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Advisors Feel Annuities Suitable for Retirees and Pre-retirees

More than a third of pre-retirees are very worried about running out of money in retirement, according to Secure Retirement Institute® (SRI®) research. Annuities can protect principal and provide guaranteed lifetime income, alleviating pre-retirees’ and retirees’ concerns about their longevity risk. However, while annuities have features uniquely suited to retirement, they are not necessarily appropriate for all retiree and pre-retiree investors.

New SRI research asked advisors which market segment was the best suited for annuities, among their typical retiree and pre-retiree clients. The research also looked at whether advisors have seen any changes in clients’ views about annuities.

Most advisors consider wealthier clients (with $1 million or more in household investable assets) to be a less appropriate segment for annuities than clients with lower wealth levels. Among advisors servicing middle- and mass-affluent market segment (under $500,000 in assets) retiree and pre-retiree clients, nearly half (48%) feel that annuities are most appropriate for these clients.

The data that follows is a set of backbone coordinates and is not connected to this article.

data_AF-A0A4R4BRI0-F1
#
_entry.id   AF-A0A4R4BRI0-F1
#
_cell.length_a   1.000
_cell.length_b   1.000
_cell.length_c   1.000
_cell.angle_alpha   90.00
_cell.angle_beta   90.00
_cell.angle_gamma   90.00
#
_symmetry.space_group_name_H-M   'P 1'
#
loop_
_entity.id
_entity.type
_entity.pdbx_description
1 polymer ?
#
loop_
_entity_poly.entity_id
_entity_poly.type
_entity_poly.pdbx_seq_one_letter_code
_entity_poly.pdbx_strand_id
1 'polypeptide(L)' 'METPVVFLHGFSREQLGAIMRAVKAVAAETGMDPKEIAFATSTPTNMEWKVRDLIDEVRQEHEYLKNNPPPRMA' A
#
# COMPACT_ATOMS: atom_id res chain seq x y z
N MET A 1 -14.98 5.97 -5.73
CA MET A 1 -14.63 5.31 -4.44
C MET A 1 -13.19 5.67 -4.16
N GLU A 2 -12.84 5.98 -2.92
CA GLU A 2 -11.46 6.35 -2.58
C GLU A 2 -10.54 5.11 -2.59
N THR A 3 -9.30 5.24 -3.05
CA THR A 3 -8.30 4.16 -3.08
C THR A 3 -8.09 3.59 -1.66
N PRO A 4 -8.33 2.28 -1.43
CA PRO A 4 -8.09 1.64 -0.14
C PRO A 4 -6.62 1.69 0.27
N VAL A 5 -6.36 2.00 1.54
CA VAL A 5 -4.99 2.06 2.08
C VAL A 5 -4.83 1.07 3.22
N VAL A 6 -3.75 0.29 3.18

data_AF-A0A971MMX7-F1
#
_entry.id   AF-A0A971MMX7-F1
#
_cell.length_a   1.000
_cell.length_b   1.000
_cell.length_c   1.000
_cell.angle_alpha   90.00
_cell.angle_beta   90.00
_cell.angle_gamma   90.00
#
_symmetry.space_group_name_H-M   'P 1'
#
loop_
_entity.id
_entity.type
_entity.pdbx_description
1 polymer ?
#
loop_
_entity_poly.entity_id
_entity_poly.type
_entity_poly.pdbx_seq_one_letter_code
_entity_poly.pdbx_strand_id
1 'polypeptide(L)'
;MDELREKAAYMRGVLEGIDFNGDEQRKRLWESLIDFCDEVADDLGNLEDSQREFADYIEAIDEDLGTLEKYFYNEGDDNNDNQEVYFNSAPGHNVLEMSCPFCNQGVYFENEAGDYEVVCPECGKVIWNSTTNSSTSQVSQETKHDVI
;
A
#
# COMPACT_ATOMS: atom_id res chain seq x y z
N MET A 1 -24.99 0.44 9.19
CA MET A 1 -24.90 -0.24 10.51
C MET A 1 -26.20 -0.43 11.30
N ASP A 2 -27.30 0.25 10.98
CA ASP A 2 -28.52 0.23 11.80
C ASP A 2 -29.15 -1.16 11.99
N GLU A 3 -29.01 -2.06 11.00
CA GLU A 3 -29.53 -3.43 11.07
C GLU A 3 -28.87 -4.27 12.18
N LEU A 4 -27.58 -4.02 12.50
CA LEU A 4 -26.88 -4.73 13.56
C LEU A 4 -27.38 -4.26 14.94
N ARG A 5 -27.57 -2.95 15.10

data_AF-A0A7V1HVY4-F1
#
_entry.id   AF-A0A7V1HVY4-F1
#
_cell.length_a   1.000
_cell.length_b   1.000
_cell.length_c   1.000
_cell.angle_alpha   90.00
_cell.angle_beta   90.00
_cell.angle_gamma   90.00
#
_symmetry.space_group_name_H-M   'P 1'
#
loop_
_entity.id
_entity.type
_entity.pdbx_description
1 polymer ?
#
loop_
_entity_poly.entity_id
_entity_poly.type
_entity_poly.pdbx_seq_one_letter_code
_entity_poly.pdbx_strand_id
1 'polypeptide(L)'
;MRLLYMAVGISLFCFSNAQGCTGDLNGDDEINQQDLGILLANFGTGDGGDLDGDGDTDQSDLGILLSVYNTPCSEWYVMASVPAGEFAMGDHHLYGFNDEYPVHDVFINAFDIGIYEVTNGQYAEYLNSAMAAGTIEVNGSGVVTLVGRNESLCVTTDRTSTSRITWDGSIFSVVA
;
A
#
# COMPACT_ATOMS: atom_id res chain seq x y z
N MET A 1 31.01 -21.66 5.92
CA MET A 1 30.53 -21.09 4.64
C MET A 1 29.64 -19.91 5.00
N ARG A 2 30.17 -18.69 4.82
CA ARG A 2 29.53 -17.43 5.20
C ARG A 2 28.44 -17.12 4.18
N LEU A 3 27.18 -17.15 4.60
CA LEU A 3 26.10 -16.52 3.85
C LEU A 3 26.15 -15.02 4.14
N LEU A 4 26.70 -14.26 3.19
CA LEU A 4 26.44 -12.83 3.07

Other SRI research shows households with less than $500,000 in investable assets made up 60% of annuity owners; households with $500,000 to $999,999 in investable assets and households with $1 million or more each represented 20% of owners.

When it comes to how much advisors recommend investing in annuities, the broad answer is: It depends. Advisors would generally recommend a substantial proportion of retirees’ and pre-retirees’ assets — $1 in every $3, on average — should be put into annuities, depending on the client’s wealth levels and the advisor’s own affiliation with a distribution channel.

Advisors servicing clients with less than $500,000 in household investable assets would recommend 37% of the portfolio be placed in annuities, on average. Advisors working with wealthier clients feel that their clients should only invest 27% of their assets in annuities.

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Are clients expressing interest in annuities? Not necessarily, according to SRI research. On average, the vast majority of recently retired and pre-retiree clients — 79% — did not bring up the subject of annuities with their advisors over the past year.

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Advisors whose typical retiree and pre-retiree clients have less than $500,000 in household investable assets report that nearly one quarter raised the issue; only 14% of the clients of advisors catering to clients with $1 million or more in assets brought up annuities.

While they may not be bringing up annuities, advisors believe that retirees and pre-retirees have better perceptions of annuity products in recent years. About 4 in 10 advisors agree that their clients’ perceptions of annuities have improved over the past several years.

“The COVID-19 pandemic led to extreme market volatility and investor anxiety. It also may have led pre-retirees and recent retirees to consider how their portfolios are doing, seeking ways to protect their assets against loss,” says Matt Drinkwater, corporate vice president of Retirement Research, SRI.